Let Them Eat #Cake: The Influencer Queen

Marie Antoinette found a way to become famous without social media.

Seems impossible in today’s time right? Though her time was not without vicious gossip, (She did not tell French peasants to eat cake…sorry) Marie gained “followers” in-person with her charm and charisma. She managed to influence French fashion and lifestyle without a Twitter mention or hashtag. I see her as the 18th century equivalent of Kylie Jenner. Both learned how to take control of the limelight and use it to their advantage and develop their brand.

However, the only images created of Marie Antoinette during her lifetime were highly formalized portraits. Though they make great #OOTD’s, do these oil paintings represent the true teenage queen? What are the aspects of Marie’s brand that made her followers love her….before they hated her?

The Brand Comes Alive With Coppola 

Though it has been critiqued for its “historical inaccuracies,” I believe Sofia Capolla’s 2006 film Marie Antoinette encapsulates Marie’s brand. I have been in love with this movie since my 8th grade influencer days, even asking for the CD soundtrack for Christmas. (Hint…it is amazing.)

As a response to critics, Sofia claimed she wanted to show “the real human being behind the myths.”

“My goal was to capture in the design the way in which I imagined the essence of Marie Antoinette’s spirit…so the film’s candy colors, its atmosphere and teenaged music all reflect and are meant to evoke how I saw that world from Marie Antoinette’s perspective.”

Indeed, any still frame from this film would serve as a perfect Instagram post. The palace of Versailles and its gardens have a permanent filter reminiscent of Clarendon. This filtered existence gives rise to the notion of Marie’s desire for hiding the flaws of her life with a vivid public image.

 

#SquadGoals

The queen takes a strategy from Taylor Swift’s branding playbook with this one. With her arranged marriage failing and no family in Versailles, Marie gravitated towards her new French friends for emotional support. This is especially prevalent in Coppola’s film, with Marie appearing with her ladies-in-waiting more than her husband. The trio is seen escaping to Paris for some fun at a masked ball, gambling for Marie’s 18th birthday, popping champagne in the gardens while watching the sunrise, or relaxing by the river at Petite Trianon.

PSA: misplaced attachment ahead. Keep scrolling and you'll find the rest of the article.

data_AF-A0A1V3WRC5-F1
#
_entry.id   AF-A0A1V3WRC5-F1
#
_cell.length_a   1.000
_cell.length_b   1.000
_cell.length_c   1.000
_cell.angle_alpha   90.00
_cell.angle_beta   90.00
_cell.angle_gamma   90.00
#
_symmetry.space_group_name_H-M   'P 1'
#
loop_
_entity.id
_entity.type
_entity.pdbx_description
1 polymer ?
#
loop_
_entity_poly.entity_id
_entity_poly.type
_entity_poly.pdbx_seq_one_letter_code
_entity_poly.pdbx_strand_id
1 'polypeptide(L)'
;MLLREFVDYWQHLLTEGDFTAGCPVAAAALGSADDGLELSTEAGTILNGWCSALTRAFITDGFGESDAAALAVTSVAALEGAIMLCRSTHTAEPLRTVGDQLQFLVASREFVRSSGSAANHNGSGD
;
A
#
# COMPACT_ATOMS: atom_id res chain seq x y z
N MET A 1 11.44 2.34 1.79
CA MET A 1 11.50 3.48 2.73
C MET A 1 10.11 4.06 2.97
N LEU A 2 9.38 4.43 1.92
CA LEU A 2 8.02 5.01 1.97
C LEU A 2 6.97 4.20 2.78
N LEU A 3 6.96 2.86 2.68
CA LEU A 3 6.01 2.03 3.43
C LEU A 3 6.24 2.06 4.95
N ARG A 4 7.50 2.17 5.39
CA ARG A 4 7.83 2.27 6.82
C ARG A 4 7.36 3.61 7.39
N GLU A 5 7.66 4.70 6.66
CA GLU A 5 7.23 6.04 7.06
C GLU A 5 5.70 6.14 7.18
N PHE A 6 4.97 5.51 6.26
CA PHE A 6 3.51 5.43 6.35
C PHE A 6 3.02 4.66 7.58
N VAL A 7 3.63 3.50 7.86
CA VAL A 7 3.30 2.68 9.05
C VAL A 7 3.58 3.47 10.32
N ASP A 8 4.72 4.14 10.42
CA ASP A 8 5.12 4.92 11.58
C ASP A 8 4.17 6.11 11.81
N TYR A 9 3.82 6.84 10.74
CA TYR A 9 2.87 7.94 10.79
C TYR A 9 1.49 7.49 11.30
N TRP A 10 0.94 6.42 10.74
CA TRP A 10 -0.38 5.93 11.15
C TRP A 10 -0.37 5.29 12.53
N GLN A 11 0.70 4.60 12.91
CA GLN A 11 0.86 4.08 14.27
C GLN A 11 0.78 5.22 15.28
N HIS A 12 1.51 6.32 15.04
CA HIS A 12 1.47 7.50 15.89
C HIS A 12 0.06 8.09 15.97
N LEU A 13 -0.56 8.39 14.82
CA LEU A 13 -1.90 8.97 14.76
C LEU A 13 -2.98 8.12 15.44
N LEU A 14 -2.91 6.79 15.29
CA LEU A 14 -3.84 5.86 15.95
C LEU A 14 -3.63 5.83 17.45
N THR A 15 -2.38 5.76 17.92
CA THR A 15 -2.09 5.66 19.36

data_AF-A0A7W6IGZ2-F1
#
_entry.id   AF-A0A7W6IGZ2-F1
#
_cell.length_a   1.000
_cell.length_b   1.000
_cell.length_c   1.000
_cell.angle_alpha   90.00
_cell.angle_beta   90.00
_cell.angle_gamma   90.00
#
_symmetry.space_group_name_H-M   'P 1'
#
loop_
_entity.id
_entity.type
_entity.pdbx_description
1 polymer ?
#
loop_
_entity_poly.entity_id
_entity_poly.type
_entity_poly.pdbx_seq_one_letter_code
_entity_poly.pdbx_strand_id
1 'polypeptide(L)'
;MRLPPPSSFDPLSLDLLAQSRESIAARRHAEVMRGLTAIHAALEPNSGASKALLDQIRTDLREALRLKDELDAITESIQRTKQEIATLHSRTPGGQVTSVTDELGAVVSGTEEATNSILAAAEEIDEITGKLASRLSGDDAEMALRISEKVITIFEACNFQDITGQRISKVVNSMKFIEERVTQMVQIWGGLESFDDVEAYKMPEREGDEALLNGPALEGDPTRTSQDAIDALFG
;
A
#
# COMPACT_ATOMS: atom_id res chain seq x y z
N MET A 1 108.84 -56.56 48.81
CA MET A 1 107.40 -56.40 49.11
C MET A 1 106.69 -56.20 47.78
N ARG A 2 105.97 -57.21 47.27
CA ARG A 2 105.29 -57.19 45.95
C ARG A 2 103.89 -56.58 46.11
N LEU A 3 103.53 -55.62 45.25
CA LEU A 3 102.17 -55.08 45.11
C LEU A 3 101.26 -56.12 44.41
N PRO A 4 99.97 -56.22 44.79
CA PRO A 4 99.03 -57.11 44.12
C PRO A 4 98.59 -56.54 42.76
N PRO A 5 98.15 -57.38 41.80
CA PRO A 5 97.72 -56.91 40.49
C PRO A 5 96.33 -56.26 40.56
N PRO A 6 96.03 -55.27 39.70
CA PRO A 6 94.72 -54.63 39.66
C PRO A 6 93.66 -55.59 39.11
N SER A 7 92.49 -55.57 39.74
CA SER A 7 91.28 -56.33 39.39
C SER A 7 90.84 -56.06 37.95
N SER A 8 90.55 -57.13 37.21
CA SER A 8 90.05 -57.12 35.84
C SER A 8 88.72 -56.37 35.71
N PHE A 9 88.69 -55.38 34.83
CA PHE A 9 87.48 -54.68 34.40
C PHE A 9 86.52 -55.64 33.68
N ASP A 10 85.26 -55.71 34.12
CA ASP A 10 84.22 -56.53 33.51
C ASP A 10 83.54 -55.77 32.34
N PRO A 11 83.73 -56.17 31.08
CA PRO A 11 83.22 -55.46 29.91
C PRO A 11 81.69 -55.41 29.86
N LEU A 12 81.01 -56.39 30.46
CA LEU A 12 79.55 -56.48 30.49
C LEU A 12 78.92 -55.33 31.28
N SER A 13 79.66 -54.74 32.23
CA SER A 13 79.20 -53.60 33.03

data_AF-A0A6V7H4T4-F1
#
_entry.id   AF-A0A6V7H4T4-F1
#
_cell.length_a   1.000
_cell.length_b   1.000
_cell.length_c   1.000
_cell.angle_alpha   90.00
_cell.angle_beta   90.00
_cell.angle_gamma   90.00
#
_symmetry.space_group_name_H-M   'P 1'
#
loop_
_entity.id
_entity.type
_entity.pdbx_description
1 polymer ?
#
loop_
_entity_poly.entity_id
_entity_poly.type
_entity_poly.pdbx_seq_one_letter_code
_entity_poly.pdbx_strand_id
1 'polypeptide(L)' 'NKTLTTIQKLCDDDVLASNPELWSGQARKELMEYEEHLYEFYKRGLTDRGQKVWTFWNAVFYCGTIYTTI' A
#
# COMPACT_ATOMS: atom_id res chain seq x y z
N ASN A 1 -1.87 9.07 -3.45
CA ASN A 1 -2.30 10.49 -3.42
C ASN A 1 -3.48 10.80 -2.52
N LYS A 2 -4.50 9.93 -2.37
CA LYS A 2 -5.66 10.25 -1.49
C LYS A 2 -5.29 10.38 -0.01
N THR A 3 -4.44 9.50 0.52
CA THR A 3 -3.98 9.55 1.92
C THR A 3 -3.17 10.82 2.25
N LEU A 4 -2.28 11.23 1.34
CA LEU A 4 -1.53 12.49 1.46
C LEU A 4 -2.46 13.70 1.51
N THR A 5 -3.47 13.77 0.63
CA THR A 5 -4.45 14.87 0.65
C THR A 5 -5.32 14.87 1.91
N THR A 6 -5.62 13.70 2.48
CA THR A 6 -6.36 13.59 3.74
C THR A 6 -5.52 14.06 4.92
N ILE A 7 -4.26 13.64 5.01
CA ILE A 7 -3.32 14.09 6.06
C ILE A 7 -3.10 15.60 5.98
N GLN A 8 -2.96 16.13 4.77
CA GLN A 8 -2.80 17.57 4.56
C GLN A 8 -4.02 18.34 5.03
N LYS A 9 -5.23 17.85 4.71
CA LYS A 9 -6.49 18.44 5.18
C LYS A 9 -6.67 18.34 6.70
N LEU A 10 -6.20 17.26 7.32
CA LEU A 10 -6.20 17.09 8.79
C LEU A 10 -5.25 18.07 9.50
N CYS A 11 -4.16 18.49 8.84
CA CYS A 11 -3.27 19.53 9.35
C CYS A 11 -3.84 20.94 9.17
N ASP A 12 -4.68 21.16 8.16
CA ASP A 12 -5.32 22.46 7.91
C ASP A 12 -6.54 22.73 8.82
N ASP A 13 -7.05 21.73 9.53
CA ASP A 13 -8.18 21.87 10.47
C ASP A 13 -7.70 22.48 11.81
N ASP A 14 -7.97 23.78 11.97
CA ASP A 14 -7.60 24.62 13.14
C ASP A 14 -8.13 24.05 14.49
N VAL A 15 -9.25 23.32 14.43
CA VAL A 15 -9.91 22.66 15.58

Coppola makes Marie and her bff’s the girls you want to hang out with. During 18th century France, such heavy female camaraderie spawned rumors debating Marie’s sexuality, but her friends helped define her brand as independent from her husband and genuinely charismatic.

And the Fashion, Of Course

I left the best part for last. At the center of Marie’s branding is her clothing. The film won an Academy Award for Best Costume Design, and it is easy to see why. Each dress, hairstyle and accessory represents a gradual step in the evolution of her brand, and she never repeated an outfit. She begins her time in France as a naive young princess, awkward in the wardrobe of a different culture, and transforms into a fashion icon that recognizes her own keen sense of style.

Though it takes time, Marie is able to shed the identity France forced upon her and master her own brand. In the beginning of Coppola’s film, Marie is seen in heavy makeup and wide hoopskirts. While she is under pressure to conceive a child, she finds solace in frivolous dresses and over the top hair. But by the end of the movie, Marie has developed a much more simple style reminiscent of her Austrian roots. This hybrid of old and new gave Marie icon status, which I believe to be the pinnacle of a brand. Pictures speak so much louder than words.

 

 

 

 

 

 

 

 

What Do You Think? 

 

xoxo,

@TheBlondeGing